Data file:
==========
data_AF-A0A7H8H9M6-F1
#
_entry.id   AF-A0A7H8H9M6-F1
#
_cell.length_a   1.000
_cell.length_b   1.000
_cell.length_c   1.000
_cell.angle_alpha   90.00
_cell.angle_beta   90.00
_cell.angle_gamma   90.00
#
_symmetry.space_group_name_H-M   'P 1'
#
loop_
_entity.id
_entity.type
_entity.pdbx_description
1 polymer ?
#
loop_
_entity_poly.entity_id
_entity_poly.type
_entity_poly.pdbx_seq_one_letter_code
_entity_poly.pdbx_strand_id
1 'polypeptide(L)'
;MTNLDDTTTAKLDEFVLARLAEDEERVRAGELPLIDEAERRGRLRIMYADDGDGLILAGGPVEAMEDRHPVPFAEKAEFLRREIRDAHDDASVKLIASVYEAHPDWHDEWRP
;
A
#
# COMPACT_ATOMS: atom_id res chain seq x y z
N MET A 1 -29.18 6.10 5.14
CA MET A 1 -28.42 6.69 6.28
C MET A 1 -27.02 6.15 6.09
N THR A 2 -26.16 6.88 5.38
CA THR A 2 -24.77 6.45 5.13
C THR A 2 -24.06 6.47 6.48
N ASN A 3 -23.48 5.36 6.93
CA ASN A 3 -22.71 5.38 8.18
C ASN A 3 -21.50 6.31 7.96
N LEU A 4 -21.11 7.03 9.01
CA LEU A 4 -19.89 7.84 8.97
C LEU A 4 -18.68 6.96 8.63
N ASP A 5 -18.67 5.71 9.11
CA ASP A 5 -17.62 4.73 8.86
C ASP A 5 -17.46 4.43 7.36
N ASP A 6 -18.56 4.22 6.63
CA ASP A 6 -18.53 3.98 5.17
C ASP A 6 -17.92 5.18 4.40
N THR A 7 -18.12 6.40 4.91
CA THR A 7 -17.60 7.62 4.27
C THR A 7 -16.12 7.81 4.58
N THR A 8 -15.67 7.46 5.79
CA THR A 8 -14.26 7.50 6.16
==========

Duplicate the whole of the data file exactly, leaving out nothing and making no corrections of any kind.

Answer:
data_AF-A0A7H8H9M6-F1
#
_entry.id   AF-A0A7H8H9M6-F1
#
_cell.length_a   1.000
_cell.length_b   1.000
_cell.length_c   1.000
_cell.angle_alpha   90.00
_cell.angle_beta   90.00
_cell.angle_gamma   90.00
#
_symmetry.space_group_name_H-M   'P 1'
#
loop_
_entity.id
_entity.type
_entity.pdbx_description
1 polymer ?
#
loop_
_entity_poly.entity_id
_entity_poly.type
_entity_poly.pdbx_seq_one_letter_code
_entity_poly.pdbx_strand_id
1 'polypeptide(L)'
;MTNLDDTTTAKLDEFVLARLAEDEERVRAGELPLIDEAERRGRLRIMYADDGDGLILAGGPVEAMEDRHPVPFAEKAEFLRREIRDAHDDASVKLIASVYEAHPDWHDEWRP
;
A
#
# COMPACT_ATOMS: atom_id res chain seq x y z
N MET A 1 -29.18 6.10 5.14
CA MET A 1 -28.42 6.69 6.28
C MET A 1 -27.02 6.15 6.09
N THR A 2 -26.16 6.88 5.38
CA THR A 2 -24.77 6.45 5.13
C THR A 2 -24.06 6.47 6.48
N ASN A 3 -23.48 5.36 6.93
CA ASN A 3 -22.71 5.38 8.18
C ASN A 3 -21.50 6.31 7.96
N LEU A 4 -21.11 7.03 9.01
CA LEU A 4 -19.89 7.84 8.97
C LEU A 4 -18.68 6.96 8.63
N ASP A 5 -18.67 5.71 9.11
CA ASP A 5 -17.62 4.73 8.86
C ASP A 5 -17.46 4.43 7.36
N ASP A 6 -18.56 4.22 6.63
CA ASP A 6 -18.53 3.98 5.17
C ASP A 6 -17.92 5.18 4.40
N THR A 7 -18.12 6.40 4.91
CA THR A 7 -17.60 7.62 4.27
C THR A 7 -16.12 7.81 4.58
N THR A 8 -15.67 7.46 5.79
CA THR A 8 -14.26 7.50 6.16